Protesters vandalize San Jose mayor’s house
Protesters vandalized San Jose Mayor Sam Liccardo's downtown home after protesting the police shooting of Jacob Blake. Photo by Luke Johnson.

San Jose Mayor Sam Liccardo’s home was vandalized Friday night by protesters who marched to the mayor’s house after spending the afternoon protesting the police shooting of Jacob Blake.

Liccardo, along with a handful of his neighbors, scrubbed off the graffiti late Friday after protesters ran off.

Earlier Friday, about 150 protesters marched near San Jose City Hall as part of what began as a peaceful Black Lives Matter protest. The demonstrators chanted and carried signs that read “Stop killing us” and “Defund SJPD.”

But by nightfall, a smaller group of 30 to 40 protesters broke off and headed a few blocks away to Liccardo’s downtown home. With music blasting and cheers erupting, one man wearing all black began to spray paint “F— 12” on the mayor’s front door.

The number 12 is code for police.

Others, wearing black masks, flocked to the front window of the home and also began spray painting the words “BLM” and “San Jose will be free.” Some protesters cheered them on while others urged them to stop.

“Let him f—– know,” one woman is heard shouting.

Other demonstrators told San José Spotlight that they “don’t agree with this.” Liccardo’s window, ironically, had a “Black Lives Matter” sign on it and the house was dark. Liccardo was not home, according to his spokeswoman, though he later emerged to help clean up the graffiti.

Protesters also set fire near the sidewalk, on dirt, in front of Liccardo’s house. The fire lasted for only a couple minutes. Liccardo said Saturday the protesters were burning a flag.

Liccardo’s spokeswoman, Rachel Davis, said the mayor was not prepared to comment on the vandalism Friday night.

About an hour after the house was spray painted, a video posted on Twitter by Dylan Bouscher showed Liccardo and his neighbors had scrubbed off the graffiti. By midnight, the house was back to normal.

Demonstrators marched near San Jose City Hall to protest the police shooting of Jacob Blake. Photo by Luke Johnson.

Liccardo on Saturday morning released a statement saying what happened does not represent the Black Lives Matter movement but rather a few irresponsible people. He expressed gratitude for his neighbors stepping up to help him clean off the graffiti.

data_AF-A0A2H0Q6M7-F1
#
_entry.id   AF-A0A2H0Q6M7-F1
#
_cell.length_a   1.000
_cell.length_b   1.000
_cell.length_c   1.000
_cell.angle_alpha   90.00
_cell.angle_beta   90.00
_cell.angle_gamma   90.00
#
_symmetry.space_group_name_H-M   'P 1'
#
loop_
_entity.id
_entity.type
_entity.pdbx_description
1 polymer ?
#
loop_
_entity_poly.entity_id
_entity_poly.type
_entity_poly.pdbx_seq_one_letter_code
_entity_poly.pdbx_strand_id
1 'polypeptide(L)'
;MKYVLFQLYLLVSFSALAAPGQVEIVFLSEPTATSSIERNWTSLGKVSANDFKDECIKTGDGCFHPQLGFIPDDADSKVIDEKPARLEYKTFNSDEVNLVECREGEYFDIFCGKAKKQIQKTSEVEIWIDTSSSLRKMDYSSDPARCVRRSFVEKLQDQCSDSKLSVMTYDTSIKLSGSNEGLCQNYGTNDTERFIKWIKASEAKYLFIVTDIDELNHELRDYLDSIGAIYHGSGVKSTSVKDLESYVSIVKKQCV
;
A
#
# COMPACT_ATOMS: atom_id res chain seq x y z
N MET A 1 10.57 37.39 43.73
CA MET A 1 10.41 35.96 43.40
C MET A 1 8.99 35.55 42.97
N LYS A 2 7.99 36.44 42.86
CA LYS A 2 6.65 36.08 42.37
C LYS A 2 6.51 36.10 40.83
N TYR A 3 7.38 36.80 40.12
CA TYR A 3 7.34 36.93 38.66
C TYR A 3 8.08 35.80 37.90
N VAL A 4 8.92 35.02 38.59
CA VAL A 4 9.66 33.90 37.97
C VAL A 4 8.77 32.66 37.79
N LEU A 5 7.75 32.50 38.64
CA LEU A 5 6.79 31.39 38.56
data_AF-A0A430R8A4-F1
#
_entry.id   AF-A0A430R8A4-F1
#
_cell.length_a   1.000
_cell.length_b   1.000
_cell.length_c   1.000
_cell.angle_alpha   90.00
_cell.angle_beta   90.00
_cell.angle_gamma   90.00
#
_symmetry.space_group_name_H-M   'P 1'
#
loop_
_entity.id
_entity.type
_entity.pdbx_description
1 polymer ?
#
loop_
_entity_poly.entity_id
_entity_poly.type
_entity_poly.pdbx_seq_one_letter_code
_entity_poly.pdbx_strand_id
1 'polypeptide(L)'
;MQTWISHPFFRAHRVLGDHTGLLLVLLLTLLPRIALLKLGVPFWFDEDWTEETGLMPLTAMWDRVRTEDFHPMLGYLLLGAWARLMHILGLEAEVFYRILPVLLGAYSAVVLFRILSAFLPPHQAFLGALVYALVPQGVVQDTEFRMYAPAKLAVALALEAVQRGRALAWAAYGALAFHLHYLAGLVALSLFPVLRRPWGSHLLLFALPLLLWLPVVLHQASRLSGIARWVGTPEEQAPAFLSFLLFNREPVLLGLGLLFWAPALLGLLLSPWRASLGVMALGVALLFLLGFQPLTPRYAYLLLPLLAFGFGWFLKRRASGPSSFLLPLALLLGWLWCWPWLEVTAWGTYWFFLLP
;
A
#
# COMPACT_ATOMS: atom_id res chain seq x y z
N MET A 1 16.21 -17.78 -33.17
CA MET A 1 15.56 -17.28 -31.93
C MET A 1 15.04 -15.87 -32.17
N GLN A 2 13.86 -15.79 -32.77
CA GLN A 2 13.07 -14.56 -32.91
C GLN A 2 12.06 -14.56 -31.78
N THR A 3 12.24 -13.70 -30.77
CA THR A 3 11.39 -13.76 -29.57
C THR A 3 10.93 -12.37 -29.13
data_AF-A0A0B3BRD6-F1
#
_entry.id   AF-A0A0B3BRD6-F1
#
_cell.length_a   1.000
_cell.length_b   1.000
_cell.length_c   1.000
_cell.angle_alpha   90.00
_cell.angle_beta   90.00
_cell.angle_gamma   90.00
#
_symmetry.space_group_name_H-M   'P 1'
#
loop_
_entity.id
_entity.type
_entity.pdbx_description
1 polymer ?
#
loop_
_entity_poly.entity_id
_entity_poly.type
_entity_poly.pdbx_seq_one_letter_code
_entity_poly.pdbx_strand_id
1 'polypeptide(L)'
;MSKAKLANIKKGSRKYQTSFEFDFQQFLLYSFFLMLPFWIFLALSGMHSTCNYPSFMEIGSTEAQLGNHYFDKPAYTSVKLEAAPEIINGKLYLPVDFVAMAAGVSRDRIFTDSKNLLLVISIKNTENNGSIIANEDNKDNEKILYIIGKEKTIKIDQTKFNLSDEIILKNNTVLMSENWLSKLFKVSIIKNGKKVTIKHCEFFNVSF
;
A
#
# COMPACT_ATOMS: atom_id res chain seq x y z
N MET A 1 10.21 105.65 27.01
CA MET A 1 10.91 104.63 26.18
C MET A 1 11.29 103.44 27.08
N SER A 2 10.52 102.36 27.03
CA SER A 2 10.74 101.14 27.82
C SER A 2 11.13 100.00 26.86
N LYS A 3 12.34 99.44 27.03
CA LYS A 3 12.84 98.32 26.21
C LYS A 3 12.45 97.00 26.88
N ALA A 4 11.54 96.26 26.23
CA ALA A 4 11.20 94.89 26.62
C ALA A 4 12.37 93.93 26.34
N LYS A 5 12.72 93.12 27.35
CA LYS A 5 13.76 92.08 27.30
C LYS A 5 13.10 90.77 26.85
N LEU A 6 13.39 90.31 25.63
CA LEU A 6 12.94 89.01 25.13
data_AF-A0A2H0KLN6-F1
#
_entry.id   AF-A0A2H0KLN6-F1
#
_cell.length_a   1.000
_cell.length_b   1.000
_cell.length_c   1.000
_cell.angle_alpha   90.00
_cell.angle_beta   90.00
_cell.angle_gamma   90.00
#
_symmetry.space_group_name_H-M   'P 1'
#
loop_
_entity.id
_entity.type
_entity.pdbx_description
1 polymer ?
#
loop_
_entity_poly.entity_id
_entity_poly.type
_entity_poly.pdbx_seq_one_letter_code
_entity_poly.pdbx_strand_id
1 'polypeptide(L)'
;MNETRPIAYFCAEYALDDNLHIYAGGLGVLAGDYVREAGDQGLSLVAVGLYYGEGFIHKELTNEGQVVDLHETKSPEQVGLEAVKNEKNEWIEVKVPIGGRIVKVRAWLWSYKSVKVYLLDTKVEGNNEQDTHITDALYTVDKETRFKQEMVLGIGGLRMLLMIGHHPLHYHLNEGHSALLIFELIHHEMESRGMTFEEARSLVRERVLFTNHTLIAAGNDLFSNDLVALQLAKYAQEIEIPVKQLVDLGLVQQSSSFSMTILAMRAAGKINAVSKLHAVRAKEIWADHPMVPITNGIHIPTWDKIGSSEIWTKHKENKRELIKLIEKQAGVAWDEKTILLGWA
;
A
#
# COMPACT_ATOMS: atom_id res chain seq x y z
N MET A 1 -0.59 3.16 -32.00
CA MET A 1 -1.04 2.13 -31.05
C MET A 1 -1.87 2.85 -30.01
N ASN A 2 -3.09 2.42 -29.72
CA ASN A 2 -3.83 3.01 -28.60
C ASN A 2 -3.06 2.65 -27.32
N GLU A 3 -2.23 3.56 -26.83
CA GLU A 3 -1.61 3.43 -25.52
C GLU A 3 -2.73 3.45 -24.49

“I’m tremendously heartened by the response of dozens of my neighbors who dropped everything late last night to spend a couple of hours scrubbing graffiti from Jessica’s and my home,” he said. “Many of these same neighbors’ homes bear “Black Lives Matter” signs, and they represent the true spirit of the movement, and of our San Jose community. They contrast sharply with the roughly hundred so-called ‘protesters’ who stood by silently — or even cheered — as a flag was burned and while ‘f*ck you’ and other messages were scrawled on our home.”

To clarify, the graffiti said “F—- 12” referring to the police, not Liccardo.

Earlier Friday, Black Lives Matter demonstrators arrived at City Hall around 6 p.m. to protest the police-involved shooting of Blake in Kenosha, Wis. on Aug. 23.

Blake, a 29-year-old man, was shot seven times by a white police officer in the back. He is paralyzed from the waist down and faces multiple surgeries.

As protesters chanted and marched through the city’s downtown, organizers passed out free water and combat shields. They also demonstrated how to use the shields when being attacked. Protesters held signs that read “Defund SJP” and “Abolish Ice”– among other messages.

They chanted, “Take it to the streets and f— the police. No justice, no peace.”

Around 8:30 p.m., protesters moved the demonstration a few blocks down to San Pedro Square and marched by customers who were dining outdoors. Some of the customers stood up and showed their support for the protest.

Demonstrators marched through San Pedro Square in downtown San Jose to protest the police shooting of Jacob Blake. Photo by Luke Johnson.

While at San Pedro Square, some protestors played music and danced to “Cupid Shuffle” while others started their two-mile march to Liccardo’s house.

San Jose has come under fire for its confrontational response in May to protesters who marched against the police killing of George Floyd in Minneapolis. Police officers shot rounds of rubber bullets into crowds, wounding peaceful protesters and causing eye and head injuries.

Liccardo has been criticized for opposing demands to defund the police, but instead called for police reforms, including banning the use of rubber bullets in crowds and increasing the powers of the independent police auditor.

The police reforms will be considered by the San Jose City Council in September.

Contact Luke Johnson at [email protected] and follow @Scoop_Johnson on Twitter.